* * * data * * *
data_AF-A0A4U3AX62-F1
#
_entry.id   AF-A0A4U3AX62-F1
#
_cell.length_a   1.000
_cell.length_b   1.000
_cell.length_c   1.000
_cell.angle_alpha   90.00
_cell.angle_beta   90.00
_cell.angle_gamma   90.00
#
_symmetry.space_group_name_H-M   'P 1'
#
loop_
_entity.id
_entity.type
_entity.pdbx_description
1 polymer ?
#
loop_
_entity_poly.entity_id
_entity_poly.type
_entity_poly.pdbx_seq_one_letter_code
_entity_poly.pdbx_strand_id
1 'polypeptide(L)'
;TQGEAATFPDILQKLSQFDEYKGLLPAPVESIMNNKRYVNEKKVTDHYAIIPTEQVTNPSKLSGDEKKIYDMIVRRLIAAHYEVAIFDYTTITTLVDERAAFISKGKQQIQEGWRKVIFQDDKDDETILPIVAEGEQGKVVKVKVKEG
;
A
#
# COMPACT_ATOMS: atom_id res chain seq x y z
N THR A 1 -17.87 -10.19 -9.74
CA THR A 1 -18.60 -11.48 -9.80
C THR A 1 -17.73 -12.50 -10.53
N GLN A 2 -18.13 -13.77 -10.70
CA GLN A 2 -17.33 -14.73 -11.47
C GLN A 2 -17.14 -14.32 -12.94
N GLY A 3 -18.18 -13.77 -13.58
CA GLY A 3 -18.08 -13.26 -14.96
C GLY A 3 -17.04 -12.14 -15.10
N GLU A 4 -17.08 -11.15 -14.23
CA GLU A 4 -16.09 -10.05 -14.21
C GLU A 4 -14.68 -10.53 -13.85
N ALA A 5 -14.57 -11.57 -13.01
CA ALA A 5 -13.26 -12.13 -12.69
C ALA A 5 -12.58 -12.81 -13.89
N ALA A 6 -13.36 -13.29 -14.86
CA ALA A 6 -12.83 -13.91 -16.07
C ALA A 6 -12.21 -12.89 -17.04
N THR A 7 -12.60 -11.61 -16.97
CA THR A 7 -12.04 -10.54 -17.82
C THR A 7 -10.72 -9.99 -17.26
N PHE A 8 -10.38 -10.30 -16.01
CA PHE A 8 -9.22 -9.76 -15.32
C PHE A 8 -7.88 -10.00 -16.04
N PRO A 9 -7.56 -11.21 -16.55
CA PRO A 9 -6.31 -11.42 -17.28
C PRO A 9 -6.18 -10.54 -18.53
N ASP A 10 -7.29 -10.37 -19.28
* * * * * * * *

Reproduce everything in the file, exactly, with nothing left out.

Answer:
data_AF-A0A4U3AX62-F1
#
_entry.id   AF-A0A4U3AX62-F1
#
_cell.length_a   1.000
_cell.length_b   1.000
_cell.length_c   1.000
_cell.angle_alpha   90.00
_cell.angle_beta   90.00
_cell.angle_gamma   90.00
#
_symmetry.space_group_name_H-M   'P 1'
#
loop_
_entity.id
_entity.type
_entity.pdbx_description
1 polymer ?
#
loop_
_entity_poly.entity_id
_entity_poly.type
_entity_poly.pdbx_seq_one_letter_code
_entity_poly.pdbx_strand_id
1 'polypeptide(L)'
;TQGEAATFPDILQKLSQFDEYKGLLPAPVESIMNNKRYVNEKKVTDHYAIIPTEQVTNPSKLSGDEKKIYDMIVRRLIAAHYEVAIFDYTTITTLVDERAAFISKGKQQIQEGWRKVIFQDDKDDETILPIVAEGEQGKVVKVKVKEG
;
A
#
# COMPACT_ATOMS: atom_id res chain seq x y z
N THR A 1 -17.87 -10.19 -9.74
CA THR A 1 -18.60 -11.48 -9.80
C THR A 1 -17.73 -12.50 -10.53
N GLN A 2 -18.13 -13.77 -10.70
CA GLN A 2 -17.33 -14.73 -11.47
C GLN A 2 -17.14 -14.32 -12.94
N GLY A 3 -18.18 -13.77 -13.58
CA GLY A 3 -18.08 -13.26 -14.96
C GLY A 3 -17.04 -12.14 -15.10
N GLU A 4 -17.08 -11.15 -14.23
CA GLU A 4 -16.09 -10.05 -14.21
C GLU A 4 -14.68 -10.53 -13.85
N ALA A 5 -14.57 -11.57 -13.01
CA ALA A 5 -13.26 -12.13 -12.69
C ALA A 5 -12.58 -12.81 -13.89
N ALA A 6 -13.36 -13.29 -14.86
CA ALA A 6 -12.83 -13.91 -16.07
C ALA A 6 -12.21 -12.89 -17.04
N THR A 7 -12.60 -11.61 -16.97
CA THR A 7 -12.04 -10.54 -17.82
C THR A 7 -10.72 -9.99 -17.26
N PHE A 8 -10.38 -10.30 -16.01
CA PHE A 8 -9.22 -9.76 -15.32
C PHE A 8 -7.88 -10.00 -16.04
N PRO A 9 -7.56 -11.21 -16.55
CA PRO A 9 -6.31 -11.42 -17.28
C PRO A 9 -6.18 -10.54 -18.53
N ASP A 10 -7.29 -10.37 -19.28